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Locational electricity pricing could save £30 billion – or £1,000 per household – by 2035, according to a new study from Energy Systems Catapult and Octopus Energy. The report said the current market arrangements were designed for an energy system dominated by large, centralised generators and “no longer makes sense”, resulting in a “growing tension between the wholesale market and physical reality”.
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Ofgem is pressing ahead with proposals to shorten the price cap period from six months to three to reduce the time lag between changes in wholesale energy prices and their reflection in the cap. The regulator said its minded-to decision, which is subject to consultation, would allow suppliers to more accurately predict how much energy they need to purchase, reducing the risk of further failures.
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Ofgem has altered the parameters for its Market Stabilisation Charge – a temporary measure introduced in April to limit suppliers’ hedging losses if wholesale prices fall substantially – to make it stronger and more easily triggered. The regulator said the adjustments will make the charge “more robust” in the face of increased hedging risks following Russia’s invasion of Ukraine.
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Welsh Water has announced pre-tax profits of £6.6 million for the year ending 31 March 2012 and pledged an extra £100 million of investment over the next three years.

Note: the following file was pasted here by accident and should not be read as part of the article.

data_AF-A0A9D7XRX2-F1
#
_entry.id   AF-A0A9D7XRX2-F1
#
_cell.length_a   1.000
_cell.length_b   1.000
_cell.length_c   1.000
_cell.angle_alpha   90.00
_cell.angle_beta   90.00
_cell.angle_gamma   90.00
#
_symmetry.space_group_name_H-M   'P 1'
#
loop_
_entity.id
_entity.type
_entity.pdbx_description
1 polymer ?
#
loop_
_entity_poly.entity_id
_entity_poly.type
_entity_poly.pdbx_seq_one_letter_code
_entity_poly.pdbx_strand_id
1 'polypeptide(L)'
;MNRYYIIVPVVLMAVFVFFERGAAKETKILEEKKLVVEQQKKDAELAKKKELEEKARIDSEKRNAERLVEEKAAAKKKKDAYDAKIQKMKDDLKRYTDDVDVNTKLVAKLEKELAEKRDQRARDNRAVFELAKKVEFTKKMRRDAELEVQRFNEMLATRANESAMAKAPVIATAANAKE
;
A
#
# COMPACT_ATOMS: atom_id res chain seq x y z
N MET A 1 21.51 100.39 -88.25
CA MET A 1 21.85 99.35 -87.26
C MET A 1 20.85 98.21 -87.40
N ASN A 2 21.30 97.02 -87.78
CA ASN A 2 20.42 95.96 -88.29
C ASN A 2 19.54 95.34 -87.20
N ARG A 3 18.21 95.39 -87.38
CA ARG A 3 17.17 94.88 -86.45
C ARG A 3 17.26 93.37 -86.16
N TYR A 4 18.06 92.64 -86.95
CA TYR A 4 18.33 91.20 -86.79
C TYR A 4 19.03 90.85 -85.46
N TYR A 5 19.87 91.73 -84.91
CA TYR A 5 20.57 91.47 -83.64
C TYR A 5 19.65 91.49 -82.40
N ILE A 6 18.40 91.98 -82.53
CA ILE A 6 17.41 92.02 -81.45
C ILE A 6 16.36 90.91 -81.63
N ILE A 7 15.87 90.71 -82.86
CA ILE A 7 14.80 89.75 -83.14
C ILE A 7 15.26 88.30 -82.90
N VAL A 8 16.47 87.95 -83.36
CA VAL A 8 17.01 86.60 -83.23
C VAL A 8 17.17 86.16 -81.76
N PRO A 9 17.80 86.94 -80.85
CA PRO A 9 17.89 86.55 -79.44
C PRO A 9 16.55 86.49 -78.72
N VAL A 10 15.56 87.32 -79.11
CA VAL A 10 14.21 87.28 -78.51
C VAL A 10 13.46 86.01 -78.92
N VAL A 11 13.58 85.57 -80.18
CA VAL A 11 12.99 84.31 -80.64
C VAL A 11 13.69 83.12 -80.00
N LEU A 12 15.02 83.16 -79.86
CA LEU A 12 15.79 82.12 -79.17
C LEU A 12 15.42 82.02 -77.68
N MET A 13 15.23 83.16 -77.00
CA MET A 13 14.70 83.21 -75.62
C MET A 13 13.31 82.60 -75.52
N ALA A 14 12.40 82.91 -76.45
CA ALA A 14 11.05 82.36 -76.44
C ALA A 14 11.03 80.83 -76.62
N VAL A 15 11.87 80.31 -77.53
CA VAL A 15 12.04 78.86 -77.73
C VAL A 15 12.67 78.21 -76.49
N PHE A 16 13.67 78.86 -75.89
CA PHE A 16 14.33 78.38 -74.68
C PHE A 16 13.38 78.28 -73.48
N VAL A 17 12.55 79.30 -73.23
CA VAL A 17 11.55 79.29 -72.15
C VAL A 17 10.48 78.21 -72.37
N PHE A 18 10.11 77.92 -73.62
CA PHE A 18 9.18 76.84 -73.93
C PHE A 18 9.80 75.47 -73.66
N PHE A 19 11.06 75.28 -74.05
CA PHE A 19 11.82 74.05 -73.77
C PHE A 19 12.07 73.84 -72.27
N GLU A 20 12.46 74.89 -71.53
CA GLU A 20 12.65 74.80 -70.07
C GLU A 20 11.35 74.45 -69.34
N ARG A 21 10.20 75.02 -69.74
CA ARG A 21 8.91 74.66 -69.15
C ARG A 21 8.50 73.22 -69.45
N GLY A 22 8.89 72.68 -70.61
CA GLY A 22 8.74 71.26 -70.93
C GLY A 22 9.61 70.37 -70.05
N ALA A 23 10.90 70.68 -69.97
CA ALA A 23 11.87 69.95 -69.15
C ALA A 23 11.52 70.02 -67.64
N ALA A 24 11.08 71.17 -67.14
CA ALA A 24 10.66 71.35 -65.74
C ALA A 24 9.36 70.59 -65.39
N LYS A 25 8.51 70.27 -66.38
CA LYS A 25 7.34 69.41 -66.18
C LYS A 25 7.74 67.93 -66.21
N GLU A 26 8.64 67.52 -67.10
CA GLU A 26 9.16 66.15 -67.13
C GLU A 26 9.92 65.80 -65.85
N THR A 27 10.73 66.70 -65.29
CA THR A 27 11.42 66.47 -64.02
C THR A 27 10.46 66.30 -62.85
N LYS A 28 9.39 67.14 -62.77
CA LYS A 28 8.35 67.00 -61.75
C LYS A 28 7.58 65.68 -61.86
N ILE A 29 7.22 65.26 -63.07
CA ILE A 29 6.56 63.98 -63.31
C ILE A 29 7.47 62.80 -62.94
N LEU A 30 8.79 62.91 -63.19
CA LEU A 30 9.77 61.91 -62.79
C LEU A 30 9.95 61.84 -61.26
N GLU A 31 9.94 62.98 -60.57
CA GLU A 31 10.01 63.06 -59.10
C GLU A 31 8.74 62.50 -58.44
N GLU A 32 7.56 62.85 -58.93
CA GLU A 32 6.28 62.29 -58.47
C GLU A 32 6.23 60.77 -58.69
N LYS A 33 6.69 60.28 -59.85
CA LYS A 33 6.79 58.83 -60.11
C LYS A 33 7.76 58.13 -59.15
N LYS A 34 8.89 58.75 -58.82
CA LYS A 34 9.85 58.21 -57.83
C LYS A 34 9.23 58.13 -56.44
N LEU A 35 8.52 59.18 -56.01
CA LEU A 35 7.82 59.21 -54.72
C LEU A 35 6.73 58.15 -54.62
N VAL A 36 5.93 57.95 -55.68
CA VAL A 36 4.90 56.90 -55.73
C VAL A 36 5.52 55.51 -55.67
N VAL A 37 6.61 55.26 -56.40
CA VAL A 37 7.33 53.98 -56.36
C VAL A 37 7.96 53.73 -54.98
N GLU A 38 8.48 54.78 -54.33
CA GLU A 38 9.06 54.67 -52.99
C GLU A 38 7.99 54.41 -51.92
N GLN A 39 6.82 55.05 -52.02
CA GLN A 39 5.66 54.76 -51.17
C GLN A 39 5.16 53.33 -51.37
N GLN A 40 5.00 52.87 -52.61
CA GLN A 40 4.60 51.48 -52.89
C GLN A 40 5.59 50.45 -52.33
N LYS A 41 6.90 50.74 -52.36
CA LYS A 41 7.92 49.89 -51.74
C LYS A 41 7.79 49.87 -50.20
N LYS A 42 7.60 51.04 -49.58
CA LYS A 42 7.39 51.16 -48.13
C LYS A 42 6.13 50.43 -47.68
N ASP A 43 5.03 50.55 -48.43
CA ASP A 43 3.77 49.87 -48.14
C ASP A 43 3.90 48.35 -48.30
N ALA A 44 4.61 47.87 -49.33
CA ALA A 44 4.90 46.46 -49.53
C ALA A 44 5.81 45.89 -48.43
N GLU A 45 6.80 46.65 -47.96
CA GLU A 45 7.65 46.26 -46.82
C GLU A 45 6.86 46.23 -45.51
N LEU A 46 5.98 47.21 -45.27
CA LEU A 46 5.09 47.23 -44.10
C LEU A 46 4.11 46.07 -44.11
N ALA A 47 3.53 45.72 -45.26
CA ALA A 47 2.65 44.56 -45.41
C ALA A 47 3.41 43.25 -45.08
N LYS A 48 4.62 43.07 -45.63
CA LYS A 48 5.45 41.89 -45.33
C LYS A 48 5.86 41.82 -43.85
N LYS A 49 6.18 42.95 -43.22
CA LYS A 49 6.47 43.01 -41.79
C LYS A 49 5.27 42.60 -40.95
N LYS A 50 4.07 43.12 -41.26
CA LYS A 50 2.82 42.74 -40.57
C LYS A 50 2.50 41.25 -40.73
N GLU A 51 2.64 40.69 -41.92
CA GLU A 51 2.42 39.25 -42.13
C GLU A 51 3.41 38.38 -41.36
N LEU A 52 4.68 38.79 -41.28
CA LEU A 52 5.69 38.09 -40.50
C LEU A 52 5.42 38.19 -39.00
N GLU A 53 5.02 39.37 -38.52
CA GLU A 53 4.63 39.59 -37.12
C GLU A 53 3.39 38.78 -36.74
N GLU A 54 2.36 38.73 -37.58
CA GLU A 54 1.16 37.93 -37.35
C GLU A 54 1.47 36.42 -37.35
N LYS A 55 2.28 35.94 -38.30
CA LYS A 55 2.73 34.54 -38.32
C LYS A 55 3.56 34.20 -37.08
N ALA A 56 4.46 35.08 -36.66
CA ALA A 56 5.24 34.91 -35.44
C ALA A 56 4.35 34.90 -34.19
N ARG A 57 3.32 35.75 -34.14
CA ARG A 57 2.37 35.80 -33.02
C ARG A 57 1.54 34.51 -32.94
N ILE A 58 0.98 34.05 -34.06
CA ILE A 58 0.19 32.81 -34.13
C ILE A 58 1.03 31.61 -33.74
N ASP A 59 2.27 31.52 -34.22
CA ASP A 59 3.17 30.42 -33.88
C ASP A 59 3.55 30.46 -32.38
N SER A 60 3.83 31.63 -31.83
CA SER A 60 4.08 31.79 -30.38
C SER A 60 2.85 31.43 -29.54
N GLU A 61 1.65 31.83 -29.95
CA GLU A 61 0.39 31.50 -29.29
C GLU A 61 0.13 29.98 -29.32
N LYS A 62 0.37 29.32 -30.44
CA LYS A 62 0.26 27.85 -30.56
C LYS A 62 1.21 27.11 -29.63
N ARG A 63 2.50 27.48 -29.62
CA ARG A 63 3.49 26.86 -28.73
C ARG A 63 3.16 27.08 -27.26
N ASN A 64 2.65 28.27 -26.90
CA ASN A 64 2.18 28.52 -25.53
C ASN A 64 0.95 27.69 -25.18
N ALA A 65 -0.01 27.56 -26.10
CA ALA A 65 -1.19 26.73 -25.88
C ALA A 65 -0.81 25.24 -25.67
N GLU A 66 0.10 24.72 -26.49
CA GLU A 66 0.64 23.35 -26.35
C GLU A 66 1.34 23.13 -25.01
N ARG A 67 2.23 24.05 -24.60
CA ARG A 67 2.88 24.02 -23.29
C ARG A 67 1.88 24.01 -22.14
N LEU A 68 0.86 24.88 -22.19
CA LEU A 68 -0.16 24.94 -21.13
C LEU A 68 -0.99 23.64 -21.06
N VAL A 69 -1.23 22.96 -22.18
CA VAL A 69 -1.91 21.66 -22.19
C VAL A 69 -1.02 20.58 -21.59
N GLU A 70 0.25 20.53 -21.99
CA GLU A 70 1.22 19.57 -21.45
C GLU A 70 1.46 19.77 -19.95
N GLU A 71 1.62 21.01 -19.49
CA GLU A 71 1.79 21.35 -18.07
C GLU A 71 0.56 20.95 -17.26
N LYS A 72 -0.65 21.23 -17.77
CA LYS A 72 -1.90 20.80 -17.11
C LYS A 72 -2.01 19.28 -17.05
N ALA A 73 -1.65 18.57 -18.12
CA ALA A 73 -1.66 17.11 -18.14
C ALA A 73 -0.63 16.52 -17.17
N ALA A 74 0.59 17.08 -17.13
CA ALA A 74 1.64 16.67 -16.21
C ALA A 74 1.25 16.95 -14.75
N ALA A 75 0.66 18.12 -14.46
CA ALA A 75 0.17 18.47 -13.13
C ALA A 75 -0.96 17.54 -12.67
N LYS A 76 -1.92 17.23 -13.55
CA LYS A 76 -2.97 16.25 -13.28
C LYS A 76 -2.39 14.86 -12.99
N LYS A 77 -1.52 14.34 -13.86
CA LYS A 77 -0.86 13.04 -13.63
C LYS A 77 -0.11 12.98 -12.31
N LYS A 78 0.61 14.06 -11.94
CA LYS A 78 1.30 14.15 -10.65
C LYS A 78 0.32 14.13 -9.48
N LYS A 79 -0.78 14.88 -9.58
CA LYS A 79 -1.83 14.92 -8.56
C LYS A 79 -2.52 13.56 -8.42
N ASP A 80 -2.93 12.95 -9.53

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The Energy Bill terminates the rule of the market over energy policy and puts the government firmly back in control, writes Roger Barnard
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Recent changes of government in Europe and interventions in the energy market by politicians are destabilising confidence and choking off long-term investment, warns Nigel Hawkins.
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If CCS is to be commercialised, we need coherent, clear business rules to govern the operation of integrated networks, argues Clive Ashworth.
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Wave and tidal projects are crossing the gulf between start-ups and global businesses. Janet Wood and Brendan Coyne look at three projects that could hit the big time soon.
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